It could be more effective that you call out a general direction first for the rest of the team. Then guide your AT with an accurate bearing so they can remain behind cover to spot that hull-down APC. You know in a situation like that, it is getting pretty nit-picky to criticize how you call a direction. What is important is to get a direction called first so the team is aware of that before they know details like range or what direction the sighting is moving.

          What brought it up for me is moving through a small village building by building where a team member is 2 buildings over and giving me a compass bearing to a spotted target only 100m away. This bearing is all but useless to me or to anyone but the team member standing right behind that same player. In order for this to make any sense, I have to judge the distance to player reporting the contact, the distance to target and then work out a relative bearing from myself.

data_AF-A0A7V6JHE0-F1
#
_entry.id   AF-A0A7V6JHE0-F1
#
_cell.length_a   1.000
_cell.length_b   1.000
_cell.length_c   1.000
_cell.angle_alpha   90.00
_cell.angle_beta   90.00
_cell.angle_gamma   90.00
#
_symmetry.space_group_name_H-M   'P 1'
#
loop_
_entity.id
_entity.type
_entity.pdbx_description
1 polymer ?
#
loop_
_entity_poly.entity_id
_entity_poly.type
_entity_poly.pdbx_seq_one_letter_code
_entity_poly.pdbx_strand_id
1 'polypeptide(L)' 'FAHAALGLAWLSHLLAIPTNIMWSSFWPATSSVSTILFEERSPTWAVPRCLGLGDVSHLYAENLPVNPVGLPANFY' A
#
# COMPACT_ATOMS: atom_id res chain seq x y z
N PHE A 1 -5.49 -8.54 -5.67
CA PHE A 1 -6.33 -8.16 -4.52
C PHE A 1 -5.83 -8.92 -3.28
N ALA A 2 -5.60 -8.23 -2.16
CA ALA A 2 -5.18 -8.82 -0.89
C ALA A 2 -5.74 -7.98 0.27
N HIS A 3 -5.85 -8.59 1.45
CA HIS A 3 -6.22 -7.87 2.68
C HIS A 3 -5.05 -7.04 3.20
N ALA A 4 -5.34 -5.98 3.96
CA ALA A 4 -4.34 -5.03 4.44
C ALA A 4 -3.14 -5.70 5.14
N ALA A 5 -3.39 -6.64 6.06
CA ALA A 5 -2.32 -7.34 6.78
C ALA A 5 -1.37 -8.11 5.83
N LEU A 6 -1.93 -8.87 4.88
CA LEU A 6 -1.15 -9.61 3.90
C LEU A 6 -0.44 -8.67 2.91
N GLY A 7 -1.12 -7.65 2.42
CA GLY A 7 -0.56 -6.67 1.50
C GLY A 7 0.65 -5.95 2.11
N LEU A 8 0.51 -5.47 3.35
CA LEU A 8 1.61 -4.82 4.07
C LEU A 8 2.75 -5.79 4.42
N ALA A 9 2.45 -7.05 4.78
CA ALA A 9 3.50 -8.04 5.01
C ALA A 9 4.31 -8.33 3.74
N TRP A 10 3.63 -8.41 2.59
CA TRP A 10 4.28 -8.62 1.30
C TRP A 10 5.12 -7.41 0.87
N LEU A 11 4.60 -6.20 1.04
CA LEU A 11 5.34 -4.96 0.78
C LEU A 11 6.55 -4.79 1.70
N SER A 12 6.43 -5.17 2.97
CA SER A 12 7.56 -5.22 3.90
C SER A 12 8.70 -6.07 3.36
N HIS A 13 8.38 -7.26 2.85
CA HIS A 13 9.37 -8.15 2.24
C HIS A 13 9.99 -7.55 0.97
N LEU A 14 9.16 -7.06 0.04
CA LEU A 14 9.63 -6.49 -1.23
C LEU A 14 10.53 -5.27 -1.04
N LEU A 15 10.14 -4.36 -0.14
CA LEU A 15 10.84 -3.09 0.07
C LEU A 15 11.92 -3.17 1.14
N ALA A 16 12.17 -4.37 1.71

Again, that may be a better option if the reporting player needs to get the report out and worry about saving their own bacon. But, with practice, the clock-ray method would be better for both persons. If they use the building in between them as a reference point and then in their mind impose a clock face on it. The 12-o-clock position faces your direction of movement. Then call out the direction to target in terms of "o-clock" from that reference point.

          "Sighting, from tin shed left of squad lead, 2-o-clock, far right window - red roof, 100m, at least 1 infantry inside."

          If you were calling out a compass bearing at this point you could easily be off by 10-20 degrees and your teammates may not take adequate cover. The important thing is to use the simple methods first, like directionals that are easy to understand and fastest to process. Then move to more difficult methods as needed. The clock ray, the cardinal points (North, North-East), the compass bearings all take more time to process on behalf of the reporter and the receiver. This additional processing time can slow down you putting guns on target when travelling and targets are close. So try to use them only for situations when they will speed up putting guns on target because: